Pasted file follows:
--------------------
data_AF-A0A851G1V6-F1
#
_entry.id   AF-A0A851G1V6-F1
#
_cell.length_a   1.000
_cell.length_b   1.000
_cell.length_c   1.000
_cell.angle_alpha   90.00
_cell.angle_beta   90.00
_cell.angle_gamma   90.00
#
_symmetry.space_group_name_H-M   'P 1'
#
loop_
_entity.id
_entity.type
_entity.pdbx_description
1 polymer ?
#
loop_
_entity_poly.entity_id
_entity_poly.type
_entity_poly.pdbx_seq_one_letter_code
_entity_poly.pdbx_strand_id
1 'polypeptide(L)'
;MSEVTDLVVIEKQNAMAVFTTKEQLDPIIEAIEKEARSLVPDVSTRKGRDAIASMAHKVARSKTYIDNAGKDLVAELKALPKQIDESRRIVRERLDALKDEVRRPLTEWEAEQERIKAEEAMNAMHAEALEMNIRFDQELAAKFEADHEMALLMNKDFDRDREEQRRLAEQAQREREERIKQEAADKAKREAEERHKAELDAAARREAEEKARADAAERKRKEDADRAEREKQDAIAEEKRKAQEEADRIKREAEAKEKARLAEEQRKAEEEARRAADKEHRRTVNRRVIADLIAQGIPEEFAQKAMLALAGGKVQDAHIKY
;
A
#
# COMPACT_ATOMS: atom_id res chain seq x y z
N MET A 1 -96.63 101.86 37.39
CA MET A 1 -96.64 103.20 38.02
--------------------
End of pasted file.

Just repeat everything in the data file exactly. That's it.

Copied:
data_AF-A0A851G1V6-F1
#
_entry.id   AF-A0A851G1V6-F1
#
_cell.length_a   1.000
_cell.length_b   1.000
_cell.length_c   1.000
_cell.angle_alpha   90.00
_cell.angle_beta   90.00
_cell.angle_gamma   90.00
#
_symmetry.space_group_name_H-M   'P 1'
#
loop_
_entity.id
_entity.type
_entity.pdbx_description
1 polymer ?
#
loop_
_entity_poly.entity_id
_entity_poly.type
_entity_poly.pdbx_seq_one_letter_code
_entity_poly.pdbx_strand_id
1 'polypeptide(L)'
;MSEVTDLVVIEKQNAMAVFTTKEQLDPIIEAIEKEARSLVPDVSTRKGRDAIASMAHKVARSKTYIDNAGKDLVAELKALPKQIDESRRIVRERLDALKDEVRRPLTEWEAEQERIKAEEAMNAMHAEALEMNIRFDQELAAKFEADHEMALLMNKDFDRDREEQRRLAEQAQREREERIKQEAADKAKREAEERHKAELDAAARREAEEKARADAAERKRKEDADRAEREKQDAIAEEKRKAQEEADRIKREAEAKEKARLAEEQRKAEEEARRAADKEHRRTVNRRVIADLIAQGIPEEFAQKAMLALAGGKVQDAHIKY
;
A
#
# COMPACT_ATOMS: atom_id res chain seq x y z
N MET A 1 -96.63 101.86 37.39
CA MET A 1 -96.64 103.20 38.02